FTC Sues Weight Loss Company Roca Labs Over Gagging Customers

You may recall Roca Labs, the "no surgery" weight-loss food supplement company that really hates being criticized — so much so that they entice their consumers1 to agree to a clause that prohibits them from saying anything negative about the company.  Roca Labs is serious about this clause, using it as a basis to sue (or threaten to sue) a number of critics.

Well, for Roca Labs, things just went from bad to the FTC is suing us in the middle of Florida bad.

In its SEO-by-litigation campaign, Roca Labs has sought to intimidate former customers to enforce a dubious "you-can't-criticize-us" clause in their contracts, suing a consumer complaints website for daring to allow mean things to be posted about Roca Labs, suing Marc Randazza — who coincidentally represents the consumer complaints website — for (among other things) joking about someone putting Roca Labs formula in his kids' Halloween candy baskets2, suing a blogger for describing the company as a "fraud," "scam," and "snake oil," suing witnesses who offered evidence against the company, threatening an internet company for hosting a website that said something mildly negative about the company, so on and so forth.  Roca Labs even earned its own Popehat signal.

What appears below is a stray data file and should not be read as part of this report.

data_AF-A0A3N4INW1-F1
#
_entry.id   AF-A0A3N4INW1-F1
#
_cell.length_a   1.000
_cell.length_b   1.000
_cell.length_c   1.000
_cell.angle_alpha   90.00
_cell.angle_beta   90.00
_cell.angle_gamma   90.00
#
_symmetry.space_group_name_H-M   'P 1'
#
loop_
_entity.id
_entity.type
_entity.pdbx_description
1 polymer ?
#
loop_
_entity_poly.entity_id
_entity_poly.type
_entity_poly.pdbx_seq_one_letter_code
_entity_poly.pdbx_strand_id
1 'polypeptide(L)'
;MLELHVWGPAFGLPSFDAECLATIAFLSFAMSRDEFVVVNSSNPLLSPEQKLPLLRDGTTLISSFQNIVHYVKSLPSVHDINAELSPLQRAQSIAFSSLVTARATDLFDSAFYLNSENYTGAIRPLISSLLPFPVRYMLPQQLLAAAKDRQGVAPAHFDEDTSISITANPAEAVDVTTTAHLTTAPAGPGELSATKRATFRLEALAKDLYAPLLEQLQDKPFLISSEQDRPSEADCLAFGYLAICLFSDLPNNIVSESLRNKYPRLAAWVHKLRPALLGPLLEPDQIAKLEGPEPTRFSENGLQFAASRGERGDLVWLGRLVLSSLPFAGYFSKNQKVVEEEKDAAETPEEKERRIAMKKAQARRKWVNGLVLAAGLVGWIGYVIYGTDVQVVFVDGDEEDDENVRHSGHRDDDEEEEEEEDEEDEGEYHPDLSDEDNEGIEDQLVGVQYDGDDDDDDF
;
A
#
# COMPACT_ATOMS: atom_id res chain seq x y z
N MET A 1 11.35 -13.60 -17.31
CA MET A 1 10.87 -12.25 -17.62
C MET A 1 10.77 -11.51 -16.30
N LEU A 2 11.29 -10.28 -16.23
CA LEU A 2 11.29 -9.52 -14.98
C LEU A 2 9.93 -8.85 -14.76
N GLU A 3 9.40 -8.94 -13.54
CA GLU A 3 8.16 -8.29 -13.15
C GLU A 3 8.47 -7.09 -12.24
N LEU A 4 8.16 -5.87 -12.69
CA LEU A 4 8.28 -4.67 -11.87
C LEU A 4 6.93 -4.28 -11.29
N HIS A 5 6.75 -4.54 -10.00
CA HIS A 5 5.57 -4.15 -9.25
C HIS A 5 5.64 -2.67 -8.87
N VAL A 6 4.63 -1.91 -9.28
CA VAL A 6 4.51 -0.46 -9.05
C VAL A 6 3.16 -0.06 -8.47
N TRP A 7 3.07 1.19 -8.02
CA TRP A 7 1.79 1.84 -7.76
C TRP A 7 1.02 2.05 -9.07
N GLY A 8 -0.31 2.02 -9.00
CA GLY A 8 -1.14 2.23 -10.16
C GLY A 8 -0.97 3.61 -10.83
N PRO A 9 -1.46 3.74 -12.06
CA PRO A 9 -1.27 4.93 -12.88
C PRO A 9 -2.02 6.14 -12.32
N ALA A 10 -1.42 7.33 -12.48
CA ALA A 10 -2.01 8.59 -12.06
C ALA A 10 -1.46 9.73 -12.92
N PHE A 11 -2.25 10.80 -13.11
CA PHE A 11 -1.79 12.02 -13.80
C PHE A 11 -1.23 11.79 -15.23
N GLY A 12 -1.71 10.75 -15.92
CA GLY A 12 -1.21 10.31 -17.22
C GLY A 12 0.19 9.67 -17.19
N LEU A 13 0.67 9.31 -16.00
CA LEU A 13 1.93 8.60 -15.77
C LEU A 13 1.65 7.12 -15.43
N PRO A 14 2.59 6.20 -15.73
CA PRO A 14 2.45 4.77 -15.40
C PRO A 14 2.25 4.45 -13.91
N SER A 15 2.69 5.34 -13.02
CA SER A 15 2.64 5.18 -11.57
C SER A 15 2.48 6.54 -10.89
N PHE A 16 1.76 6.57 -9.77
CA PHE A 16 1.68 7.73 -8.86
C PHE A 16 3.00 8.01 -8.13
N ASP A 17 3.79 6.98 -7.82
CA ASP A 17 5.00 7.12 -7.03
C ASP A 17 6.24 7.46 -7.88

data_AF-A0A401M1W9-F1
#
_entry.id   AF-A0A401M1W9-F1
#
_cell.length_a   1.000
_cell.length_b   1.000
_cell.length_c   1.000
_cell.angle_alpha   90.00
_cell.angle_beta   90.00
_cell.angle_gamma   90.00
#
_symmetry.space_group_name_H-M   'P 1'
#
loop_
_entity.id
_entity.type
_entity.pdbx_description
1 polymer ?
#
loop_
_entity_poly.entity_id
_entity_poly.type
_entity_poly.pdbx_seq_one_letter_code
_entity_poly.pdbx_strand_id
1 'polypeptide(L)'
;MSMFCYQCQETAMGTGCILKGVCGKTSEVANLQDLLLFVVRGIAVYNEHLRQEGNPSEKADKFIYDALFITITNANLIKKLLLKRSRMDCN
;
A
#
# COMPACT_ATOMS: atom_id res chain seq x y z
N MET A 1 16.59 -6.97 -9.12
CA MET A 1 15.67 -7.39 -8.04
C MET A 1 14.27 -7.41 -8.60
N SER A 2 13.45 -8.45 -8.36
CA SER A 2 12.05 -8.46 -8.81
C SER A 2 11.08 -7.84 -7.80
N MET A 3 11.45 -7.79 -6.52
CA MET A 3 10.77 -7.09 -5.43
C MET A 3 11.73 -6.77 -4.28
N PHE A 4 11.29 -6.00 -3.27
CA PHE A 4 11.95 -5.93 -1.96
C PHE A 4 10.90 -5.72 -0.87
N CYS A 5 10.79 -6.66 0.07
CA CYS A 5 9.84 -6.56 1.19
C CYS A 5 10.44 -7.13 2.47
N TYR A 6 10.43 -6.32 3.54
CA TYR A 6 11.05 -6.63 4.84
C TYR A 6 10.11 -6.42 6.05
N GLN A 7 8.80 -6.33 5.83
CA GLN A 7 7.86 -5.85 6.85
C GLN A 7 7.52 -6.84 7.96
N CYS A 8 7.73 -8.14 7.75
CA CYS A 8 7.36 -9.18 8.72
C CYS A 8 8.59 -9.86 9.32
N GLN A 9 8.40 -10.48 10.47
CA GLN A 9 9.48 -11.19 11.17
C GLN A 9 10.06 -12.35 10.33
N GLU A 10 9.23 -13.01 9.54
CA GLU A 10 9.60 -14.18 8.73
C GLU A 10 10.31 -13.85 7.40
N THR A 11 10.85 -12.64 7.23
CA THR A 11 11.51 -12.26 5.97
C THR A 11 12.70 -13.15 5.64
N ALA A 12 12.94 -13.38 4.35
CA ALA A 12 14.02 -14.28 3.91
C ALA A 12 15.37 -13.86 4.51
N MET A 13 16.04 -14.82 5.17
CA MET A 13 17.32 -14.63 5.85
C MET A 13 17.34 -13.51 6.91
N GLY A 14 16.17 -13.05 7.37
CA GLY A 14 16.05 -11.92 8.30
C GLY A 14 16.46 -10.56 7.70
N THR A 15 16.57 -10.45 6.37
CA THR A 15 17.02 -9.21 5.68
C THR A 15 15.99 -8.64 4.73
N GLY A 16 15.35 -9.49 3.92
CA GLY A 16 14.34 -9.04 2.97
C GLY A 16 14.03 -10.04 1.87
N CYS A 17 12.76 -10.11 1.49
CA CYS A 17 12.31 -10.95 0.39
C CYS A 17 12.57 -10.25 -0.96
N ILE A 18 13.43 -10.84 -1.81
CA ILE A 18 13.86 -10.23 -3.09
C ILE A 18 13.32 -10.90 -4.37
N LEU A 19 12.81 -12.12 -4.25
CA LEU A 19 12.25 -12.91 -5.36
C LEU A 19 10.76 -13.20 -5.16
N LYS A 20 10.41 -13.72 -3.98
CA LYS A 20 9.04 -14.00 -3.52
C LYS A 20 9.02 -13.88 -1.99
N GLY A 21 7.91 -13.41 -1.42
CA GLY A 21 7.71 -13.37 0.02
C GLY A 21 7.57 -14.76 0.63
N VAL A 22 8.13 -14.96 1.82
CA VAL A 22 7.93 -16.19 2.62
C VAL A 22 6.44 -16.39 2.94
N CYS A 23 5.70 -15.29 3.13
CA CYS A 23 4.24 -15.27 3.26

So how is Roca Labs' campaign going?  Not very well.  Evidence has been proffered suggesting that:

On top of this, Roca Labs is facing a class-action lawsuit in Los Angeles over its practices.

How could this get any worse for Roca Labs?

This "you can stomach our product just as well as we can stomach criticism!" approach has left a sour feeling in the stomach of the Federal Trade Commission, which coughed up a lawsuit against Roca Labs in Florida today.